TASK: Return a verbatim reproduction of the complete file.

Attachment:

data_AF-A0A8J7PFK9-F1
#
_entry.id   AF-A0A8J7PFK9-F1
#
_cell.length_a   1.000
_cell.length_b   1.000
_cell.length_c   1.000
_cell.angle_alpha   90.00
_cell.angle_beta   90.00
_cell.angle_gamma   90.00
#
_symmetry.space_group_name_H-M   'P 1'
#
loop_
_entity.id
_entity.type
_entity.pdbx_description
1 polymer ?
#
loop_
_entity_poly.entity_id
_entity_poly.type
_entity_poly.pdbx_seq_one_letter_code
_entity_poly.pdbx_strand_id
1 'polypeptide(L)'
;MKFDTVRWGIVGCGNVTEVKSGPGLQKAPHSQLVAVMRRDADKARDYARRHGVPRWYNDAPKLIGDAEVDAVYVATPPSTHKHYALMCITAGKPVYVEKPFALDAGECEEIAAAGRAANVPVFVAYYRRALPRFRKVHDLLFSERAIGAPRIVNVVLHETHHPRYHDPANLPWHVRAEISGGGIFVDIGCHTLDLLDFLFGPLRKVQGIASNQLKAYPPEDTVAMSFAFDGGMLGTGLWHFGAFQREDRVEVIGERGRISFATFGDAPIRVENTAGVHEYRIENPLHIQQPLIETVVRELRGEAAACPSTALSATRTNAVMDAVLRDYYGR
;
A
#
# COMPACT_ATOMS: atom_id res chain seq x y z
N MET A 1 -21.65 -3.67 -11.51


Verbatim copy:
data_AF-A0A8J7PFK9-F1
#
_entry.id   AF-A0A8J7PFK9-F1
#
_cell.length_a   1.000
_cell.length_b   1.000
_cell.length_c   1.000
_cell.angle_alpha   90.00
_cell.angle_beta   90.00
_cell.angle_gamma   90.00
#
_symmetry.space_group_name_H-M   'P 1'
#
loop_
_entity.id
_entity.type
_entity.pdbx_description
1 polymer ?
#
loop_
_entity_poly.entity_id
_entity_poly.type
_entity_poly.pdbx_seq_one_letter_code
_entity_poly.pdbx_strand_id
1 'polypeptide(L)'
;MKFDTVRWGIVGCGNVTEVKSGPGLQKAPHSQLVAVMRRDADKARDYARRHGVPRWYNDAPKLIGDAEVDAVYVATPPSTHKHYALMCITAGKPVYVEKPFALDAGECEEIAAAGRAANVPVFVAYYRRALPRFRKVHDLLFSERAIGAPRIVNVVLHETHHPRYHDPANLPWHVRAEISGGGIFVDIGCHTLDLLDFLFGPLRKVQGIASNQLKAYPPEDTVAMSFAFDGGMLGTGLWHFGAFQREDRVEVIGERGRISFATFGDAPIRVENTAGVHEYRIENPLHIQQPLIETVVRELRGEAAACPSTALSATRTNAVMDAVLRDYYGR
;
A
#
# COMPACT_ATOMS: atom_id res chain seq x y z
N MET A 1 -21.65 -3.67 -11.51